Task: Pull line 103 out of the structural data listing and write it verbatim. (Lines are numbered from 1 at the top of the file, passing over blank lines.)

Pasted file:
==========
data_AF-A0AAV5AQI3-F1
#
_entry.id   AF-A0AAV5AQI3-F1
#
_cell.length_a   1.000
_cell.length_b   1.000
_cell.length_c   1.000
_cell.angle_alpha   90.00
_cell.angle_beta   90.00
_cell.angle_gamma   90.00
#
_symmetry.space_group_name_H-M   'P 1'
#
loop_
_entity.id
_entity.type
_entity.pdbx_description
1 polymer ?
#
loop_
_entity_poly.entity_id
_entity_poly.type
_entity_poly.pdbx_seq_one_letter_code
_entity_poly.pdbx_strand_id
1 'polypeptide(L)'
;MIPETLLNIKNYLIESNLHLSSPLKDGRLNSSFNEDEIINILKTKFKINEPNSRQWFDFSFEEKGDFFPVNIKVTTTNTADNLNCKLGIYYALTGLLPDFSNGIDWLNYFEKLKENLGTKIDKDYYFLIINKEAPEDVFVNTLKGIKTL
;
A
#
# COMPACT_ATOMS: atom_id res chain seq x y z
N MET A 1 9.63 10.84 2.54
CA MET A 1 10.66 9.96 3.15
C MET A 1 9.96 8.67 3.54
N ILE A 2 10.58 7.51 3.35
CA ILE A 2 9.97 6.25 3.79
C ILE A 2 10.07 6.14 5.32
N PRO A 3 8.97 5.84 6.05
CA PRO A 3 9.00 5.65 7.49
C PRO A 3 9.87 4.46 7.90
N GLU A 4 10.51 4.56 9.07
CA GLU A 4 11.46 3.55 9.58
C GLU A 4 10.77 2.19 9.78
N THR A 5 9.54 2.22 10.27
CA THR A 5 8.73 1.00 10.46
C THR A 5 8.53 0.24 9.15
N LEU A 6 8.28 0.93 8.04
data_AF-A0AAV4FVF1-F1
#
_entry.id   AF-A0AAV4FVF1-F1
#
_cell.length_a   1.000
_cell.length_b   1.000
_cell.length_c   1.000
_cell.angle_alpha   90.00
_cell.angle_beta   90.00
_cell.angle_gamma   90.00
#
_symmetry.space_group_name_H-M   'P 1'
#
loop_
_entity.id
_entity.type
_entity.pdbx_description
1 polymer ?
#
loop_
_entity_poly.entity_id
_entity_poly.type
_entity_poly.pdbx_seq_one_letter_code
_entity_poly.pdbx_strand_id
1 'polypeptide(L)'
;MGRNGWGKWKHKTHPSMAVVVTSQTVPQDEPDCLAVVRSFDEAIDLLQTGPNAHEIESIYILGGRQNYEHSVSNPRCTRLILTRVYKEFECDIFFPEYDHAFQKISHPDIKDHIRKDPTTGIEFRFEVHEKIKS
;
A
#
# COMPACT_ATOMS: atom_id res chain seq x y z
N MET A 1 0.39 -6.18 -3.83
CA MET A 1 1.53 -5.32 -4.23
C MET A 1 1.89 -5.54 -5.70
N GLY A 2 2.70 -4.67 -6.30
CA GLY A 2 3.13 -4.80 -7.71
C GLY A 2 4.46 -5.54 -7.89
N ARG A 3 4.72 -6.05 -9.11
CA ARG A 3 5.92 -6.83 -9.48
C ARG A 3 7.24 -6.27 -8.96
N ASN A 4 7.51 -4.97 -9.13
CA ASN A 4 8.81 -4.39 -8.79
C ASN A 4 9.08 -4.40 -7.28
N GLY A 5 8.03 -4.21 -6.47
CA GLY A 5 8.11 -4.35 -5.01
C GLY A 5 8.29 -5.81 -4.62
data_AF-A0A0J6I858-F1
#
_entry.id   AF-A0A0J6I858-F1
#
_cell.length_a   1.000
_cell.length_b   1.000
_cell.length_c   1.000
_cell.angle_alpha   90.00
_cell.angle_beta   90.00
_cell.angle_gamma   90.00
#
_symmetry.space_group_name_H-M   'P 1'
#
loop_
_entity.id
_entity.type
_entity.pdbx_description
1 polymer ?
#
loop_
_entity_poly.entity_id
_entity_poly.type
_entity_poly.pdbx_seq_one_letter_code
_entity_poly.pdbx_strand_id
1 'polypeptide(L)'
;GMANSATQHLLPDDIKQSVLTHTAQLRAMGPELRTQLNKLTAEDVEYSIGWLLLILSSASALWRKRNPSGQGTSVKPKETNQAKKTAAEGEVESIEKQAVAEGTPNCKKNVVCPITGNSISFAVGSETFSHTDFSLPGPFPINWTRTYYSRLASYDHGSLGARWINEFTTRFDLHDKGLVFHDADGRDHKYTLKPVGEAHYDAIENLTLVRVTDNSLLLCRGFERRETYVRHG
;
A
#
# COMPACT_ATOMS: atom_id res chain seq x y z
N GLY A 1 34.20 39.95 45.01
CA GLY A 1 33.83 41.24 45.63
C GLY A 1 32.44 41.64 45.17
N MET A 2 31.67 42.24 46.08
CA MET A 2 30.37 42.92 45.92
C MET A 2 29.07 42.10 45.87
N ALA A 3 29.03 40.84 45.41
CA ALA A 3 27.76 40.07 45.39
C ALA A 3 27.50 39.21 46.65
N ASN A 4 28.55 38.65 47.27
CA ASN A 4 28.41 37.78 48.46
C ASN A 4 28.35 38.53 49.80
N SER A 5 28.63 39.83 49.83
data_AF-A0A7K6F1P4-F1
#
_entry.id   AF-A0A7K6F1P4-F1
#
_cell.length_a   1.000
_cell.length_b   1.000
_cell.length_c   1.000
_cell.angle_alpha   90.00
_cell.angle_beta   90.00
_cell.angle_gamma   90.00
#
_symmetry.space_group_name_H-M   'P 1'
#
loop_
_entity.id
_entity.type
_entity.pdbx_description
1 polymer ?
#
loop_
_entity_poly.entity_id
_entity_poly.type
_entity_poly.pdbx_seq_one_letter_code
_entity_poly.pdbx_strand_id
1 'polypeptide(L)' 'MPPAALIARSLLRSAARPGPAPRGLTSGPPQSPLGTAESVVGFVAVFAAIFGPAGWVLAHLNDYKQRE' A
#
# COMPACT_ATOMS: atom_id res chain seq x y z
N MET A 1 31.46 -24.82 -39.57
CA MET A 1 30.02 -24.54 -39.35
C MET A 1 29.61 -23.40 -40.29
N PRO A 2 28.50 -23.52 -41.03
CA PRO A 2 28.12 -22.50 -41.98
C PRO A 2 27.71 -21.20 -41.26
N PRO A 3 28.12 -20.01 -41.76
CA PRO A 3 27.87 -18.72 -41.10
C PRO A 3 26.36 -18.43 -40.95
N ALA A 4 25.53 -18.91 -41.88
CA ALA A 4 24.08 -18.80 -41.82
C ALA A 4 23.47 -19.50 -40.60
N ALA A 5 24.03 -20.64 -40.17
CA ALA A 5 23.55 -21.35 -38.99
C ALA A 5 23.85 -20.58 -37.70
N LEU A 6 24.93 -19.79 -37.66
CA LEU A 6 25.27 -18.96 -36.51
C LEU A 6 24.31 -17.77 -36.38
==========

_symmetry.space_group_name_H-M   'P 1'